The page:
11 July 2012

Peter and the Starcatcher

The Lost Boys are surrounded in Peter and the Starcatcher. Photo: O&M Co.

The other night I was transported to Neverland for a few hours when I saw a performance of Peter and the Starcatcher. Adapted by Rick Elice from the book by Dave Barry and Ridley Pearson, Peter and the Starcatcher is a prequel of sorts to Peter and Wendy, deviating from the original Peter Pan back-story in many wonderful ways.

The play opens with the entire cast on stage and one of the actors proclaiming, “When I was a boy, I wished I could fly.” From there the story takes off at breakneck speed with the sailing of two ships—the Wasp with Starcatcher Lord Leonard Aster on board and the Never Land, which carries Aster's daughter
 Molly and her governess Mrs. Bumbrake along with a mysterious trunk that is said to contain “the greatest treasure on earth”—star stuff. Once at sea, the Wasp is overtaken by pirates while on the Never Land Molly befriends a group of kidnapped orphaned boys who are to be sold into slavery. One of them is nameless, known only as Boy. But by the end of the play he has a name—Peter Pan. Together Molly and Peter endure a shipwreck and run-ins on Mollusk Island with a giant crocodile, the island’s ruler who peppers his speech with names of Italian dishes, and the infamous pirate known as the Black Stache. Add a mermaid song and dance at the top of Act II, an inedible pineapple, and a tiny fairy, and the result is a story filled with humour, adventure, and magic.

Peter and the the Black Stache. Photo: O&M Co.

The design of the show is inventive to say the least. On a nearly bare stage, a dozen actors play 50 roles and rely on the simplest of props. A rope for example becomes the hold of a ship, ocean waves, the jaws of a crocodile, among other things. The execution is so smart, so funny that it makes any wish for an elaborate set obsolete. It also asks the audience to use their imagination, something unique in this day and age. And then there is the music, reminiscent of English dancehall songs and sea shanties. The show's composer, Wayne Barker, is a friend of mine so you may think I'm biased when I tell you that the music is delightful but it really is.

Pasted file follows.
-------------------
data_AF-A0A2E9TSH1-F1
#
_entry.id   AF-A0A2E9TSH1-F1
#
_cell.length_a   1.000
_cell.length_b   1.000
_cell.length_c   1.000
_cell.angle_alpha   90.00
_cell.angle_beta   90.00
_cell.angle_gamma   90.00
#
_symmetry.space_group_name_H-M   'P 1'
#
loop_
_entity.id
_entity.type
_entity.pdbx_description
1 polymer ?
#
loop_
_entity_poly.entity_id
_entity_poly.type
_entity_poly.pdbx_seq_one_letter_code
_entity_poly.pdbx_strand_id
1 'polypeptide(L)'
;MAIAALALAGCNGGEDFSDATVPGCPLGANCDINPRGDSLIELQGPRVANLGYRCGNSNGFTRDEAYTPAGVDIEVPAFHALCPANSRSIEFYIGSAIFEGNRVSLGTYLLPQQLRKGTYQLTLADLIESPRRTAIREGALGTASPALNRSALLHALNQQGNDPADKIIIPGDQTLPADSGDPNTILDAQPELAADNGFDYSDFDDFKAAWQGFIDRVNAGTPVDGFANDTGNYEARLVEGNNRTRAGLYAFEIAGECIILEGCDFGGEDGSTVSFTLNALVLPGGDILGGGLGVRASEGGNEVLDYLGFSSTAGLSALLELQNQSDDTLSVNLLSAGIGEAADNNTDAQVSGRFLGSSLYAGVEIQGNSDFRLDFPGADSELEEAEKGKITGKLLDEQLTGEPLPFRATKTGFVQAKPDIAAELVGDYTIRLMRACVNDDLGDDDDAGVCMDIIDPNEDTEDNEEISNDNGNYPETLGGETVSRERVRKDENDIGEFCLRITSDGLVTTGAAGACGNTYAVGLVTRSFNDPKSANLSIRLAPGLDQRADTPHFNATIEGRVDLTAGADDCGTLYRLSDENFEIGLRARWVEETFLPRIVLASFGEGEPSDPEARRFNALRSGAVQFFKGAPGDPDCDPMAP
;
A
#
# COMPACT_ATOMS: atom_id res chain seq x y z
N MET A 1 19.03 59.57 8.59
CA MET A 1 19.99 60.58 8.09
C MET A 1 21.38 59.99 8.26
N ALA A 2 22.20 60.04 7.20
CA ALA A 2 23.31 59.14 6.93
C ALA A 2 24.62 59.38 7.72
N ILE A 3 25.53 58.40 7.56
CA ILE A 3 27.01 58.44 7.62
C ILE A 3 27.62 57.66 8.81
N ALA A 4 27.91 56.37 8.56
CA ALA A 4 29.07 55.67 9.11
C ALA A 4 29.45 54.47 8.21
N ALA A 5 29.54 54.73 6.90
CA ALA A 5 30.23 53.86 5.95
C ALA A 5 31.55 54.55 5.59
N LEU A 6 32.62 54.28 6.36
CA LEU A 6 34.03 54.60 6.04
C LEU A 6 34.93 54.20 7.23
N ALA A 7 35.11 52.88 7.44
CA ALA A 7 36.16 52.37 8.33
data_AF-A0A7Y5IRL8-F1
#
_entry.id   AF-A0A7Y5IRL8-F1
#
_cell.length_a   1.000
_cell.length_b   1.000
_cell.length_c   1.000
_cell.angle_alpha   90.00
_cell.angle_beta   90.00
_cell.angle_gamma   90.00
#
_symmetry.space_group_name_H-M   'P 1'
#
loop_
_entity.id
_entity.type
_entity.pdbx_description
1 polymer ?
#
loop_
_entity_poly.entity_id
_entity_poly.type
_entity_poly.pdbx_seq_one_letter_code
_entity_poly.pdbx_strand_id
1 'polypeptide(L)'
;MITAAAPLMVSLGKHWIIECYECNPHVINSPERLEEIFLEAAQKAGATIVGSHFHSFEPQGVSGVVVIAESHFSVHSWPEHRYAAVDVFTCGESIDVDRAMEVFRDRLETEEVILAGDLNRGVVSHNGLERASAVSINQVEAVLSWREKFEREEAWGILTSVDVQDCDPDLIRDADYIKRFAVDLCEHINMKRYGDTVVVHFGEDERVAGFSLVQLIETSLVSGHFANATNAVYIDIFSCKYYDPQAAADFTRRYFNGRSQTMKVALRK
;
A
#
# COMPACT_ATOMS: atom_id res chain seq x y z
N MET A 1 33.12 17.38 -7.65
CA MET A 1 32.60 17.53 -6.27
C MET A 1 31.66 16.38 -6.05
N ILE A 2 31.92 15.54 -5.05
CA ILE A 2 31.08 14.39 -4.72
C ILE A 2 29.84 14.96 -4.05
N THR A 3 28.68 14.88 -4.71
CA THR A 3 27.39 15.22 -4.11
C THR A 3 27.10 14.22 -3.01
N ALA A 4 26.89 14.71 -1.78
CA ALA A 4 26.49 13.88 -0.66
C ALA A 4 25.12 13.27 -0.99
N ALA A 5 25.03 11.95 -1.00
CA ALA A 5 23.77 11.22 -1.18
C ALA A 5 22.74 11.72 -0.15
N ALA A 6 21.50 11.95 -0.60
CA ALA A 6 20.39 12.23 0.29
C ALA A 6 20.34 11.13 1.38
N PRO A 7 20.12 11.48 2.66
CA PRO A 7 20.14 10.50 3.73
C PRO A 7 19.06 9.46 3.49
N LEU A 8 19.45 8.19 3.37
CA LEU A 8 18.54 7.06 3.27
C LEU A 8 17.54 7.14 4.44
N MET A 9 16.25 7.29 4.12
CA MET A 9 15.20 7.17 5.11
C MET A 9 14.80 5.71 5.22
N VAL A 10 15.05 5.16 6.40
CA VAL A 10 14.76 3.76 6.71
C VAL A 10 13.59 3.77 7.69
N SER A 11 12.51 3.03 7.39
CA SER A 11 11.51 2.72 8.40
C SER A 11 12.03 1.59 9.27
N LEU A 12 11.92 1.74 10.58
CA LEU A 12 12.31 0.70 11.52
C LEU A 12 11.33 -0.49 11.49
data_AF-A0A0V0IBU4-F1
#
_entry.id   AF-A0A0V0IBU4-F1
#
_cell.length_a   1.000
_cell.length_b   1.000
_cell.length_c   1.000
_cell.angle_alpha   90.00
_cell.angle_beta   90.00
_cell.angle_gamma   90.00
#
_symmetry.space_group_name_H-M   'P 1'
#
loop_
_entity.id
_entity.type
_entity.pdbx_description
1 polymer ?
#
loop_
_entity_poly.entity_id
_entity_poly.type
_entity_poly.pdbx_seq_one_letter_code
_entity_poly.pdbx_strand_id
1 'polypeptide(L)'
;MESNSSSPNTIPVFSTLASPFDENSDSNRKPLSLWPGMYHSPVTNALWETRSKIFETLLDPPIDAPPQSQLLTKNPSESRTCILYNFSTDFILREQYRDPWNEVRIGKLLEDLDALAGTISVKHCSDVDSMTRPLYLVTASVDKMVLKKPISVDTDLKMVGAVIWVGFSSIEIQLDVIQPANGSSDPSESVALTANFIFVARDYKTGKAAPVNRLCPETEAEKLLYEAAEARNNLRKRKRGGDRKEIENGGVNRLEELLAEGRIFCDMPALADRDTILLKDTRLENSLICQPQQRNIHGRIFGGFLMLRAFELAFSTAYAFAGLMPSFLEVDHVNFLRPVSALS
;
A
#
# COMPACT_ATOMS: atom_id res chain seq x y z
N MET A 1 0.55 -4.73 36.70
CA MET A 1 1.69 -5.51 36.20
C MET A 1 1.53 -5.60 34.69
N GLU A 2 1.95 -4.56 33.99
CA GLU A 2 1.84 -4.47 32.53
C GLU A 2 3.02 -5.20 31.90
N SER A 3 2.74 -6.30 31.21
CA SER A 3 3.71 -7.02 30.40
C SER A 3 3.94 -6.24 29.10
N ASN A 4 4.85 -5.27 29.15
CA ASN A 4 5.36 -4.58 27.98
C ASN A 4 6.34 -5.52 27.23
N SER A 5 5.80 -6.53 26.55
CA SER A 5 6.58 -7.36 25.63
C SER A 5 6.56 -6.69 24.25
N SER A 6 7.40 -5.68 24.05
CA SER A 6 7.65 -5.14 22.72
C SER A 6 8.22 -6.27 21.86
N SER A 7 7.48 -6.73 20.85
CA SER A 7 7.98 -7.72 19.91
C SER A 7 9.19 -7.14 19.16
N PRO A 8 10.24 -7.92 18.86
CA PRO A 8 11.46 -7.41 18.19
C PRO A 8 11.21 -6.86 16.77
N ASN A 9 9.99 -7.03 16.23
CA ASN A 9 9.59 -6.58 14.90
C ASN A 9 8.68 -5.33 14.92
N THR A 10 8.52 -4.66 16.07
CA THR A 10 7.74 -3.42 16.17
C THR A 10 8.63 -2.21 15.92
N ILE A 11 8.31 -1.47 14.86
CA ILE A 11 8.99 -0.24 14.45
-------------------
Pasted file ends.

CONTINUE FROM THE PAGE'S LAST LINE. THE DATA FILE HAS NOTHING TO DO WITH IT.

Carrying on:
Peter’s name may be in the title but the show belongs to the Black Stache. Christian Borle was outstanding as the notorious pirate. Flitting across the stage with his oversized mustache, he tossed around malapropisms and threats effortlessly while being assisted by the ever-faithful Smee. The scene in which the future Captain Hook loses his hand (not by a croc) is one of the funniest in the play, and Borle played it with comic perfection. Celia Keenan-Bolger as Molly was also a standout, the only woman in a cast of men, while Arnie Burton did a nice turn as Mrs. Bumbrake. Adam Chanler-Berat as Peter was fine but his performance left me a little underwhelmed.

Even though the audience was not asked to clap if they believed in fairies, by the end of the play they were on their feet cheering.

Peter and the Starcatcher plays at the Brooks Atkinson Theatre. For more information, visit their website here.

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